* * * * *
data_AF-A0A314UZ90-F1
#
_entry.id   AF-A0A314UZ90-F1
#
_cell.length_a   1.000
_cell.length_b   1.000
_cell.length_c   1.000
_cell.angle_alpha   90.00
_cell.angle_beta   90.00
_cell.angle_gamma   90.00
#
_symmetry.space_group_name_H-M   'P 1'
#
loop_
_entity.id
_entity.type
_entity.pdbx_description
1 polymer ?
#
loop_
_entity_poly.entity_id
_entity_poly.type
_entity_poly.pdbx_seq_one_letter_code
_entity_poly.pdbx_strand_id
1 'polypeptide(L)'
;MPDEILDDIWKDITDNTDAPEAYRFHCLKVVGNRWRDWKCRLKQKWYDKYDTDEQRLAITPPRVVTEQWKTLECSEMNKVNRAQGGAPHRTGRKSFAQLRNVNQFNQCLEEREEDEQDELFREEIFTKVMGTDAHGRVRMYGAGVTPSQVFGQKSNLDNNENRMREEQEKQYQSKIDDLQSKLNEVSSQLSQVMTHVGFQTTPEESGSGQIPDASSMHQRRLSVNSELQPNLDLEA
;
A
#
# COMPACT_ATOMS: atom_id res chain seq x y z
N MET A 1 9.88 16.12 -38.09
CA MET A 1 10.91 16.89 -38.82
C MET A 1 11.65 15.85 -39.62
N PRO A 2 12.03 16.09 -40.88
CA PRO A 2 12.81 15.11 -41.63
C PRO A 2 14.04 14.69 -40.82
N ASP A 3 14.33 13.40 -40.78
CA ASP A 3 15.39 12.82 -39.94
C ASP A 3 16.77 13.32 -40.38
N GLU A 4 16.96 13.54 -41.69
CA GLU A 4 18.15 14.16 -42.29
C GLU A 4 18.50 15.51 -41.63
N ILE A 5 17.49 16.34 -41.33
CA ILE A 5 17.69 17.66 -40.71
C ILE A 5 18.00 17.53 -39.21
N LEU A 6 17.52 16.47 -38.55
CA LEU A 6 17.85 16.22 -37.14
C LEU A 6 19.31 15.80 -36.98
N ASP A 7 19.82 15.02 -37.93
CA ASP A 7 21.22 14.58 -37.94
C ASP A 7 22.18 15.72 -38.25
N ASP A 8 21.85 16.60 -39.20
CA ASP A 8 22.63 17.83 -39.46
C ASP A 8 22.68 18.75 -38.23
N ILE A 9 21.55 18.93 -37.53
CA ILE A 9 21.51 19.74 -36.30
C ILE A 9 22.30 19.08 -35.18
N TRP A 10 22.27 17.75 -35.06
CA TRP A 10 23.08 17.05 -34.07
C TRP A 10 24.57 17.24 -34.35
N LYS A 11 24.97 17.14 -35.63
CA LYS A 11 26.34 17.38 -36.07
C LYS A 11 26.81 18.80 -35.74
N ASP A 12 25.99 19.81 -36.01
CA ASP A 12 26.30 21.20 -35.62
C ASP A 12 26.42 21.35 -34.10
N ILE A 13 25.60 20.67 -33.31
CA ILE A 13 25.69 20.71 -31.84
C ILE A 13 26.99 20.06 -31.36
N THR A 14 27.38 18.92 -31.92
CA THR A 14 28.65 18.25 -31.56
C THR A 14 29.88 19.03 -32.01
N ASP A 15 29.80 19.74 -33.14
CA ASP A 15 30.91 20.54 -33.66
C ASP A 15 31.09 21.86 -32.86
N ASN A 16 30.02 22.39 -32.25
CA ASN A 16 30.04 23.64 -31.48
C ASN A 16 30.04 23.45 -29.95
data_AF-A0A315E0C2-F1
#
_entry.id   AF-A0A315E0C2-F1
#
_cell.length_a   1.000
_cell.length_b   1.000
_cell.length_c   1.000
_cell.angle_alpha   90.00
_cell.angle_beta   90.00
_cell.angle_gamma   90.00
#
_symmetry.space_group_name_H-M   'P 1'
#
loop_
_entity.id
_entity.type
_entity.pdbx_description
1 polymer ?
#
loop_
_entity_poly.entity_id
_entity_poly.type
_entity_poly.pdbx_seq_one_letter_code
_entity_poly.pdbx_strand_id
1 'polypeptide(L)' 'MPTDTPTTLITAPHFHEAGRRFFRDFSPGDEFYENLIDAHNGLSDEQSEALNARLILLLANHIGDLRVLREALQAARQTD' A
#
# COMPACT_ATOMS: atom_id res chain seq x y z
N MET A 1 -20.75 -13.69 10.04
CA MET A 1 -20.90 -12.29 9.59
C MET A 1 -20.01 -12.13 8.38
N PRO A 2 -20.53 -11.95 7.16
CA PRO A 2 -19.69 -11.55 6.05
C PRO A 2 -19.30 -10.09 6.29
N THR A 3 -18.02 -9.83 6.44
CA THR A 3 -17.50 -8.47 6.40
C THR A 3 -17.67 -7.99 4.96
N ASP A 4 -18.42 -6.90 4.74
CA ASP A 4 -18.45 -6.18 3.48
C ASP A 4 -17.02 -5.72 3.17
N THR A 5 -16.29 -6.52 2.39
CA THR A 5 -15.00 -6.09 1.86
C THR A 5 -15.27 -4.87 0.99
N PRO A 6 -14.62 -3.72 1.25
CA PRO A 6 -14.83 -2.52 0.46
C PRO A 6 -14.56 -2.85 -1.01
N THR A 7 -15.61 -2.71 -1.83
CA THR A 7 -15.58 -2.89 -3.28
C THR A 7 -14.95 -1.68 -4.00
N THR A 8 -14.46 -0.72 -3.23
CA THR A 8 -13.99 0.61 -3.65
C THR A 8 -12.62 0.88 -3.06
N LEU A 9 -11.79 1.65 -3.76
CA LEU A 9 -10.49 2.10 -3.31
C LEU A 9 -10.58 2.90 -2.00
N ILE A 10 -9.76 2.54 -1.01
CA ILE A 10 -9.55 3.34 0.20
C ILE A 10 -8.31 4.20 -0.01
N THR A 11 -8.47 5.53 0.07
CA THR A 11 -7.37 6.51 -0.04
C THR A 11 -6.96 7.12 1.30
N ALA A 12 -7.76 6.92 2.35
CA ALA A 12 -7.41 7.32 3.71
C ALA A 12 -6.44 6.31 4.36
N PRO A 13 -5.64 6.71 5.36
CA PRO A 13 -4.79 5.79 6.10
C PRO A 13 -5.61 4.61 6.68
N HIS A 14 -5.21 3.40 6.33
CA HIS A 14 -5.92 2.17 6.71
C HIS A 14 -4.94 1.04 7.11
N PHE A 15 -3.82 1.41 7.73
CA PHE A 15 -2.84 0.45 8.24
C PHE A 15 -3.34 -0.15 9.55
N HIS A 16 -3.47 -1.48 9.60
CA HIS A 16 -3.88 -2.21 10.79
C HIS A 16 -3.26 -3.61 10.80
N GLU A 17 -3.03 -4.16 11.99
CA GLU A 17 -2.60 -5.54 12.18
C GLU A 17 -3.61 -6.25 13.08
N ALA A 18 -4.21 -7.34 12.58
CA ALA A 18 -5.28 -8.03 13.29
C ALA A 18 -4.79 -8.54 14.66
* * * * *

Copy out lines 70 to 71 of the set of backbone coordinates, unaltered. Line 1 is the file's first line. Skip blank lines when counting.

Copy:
N THR A 14 27.38 18.92 -31.92
CA THR A 14 28.65 18.25 -31.56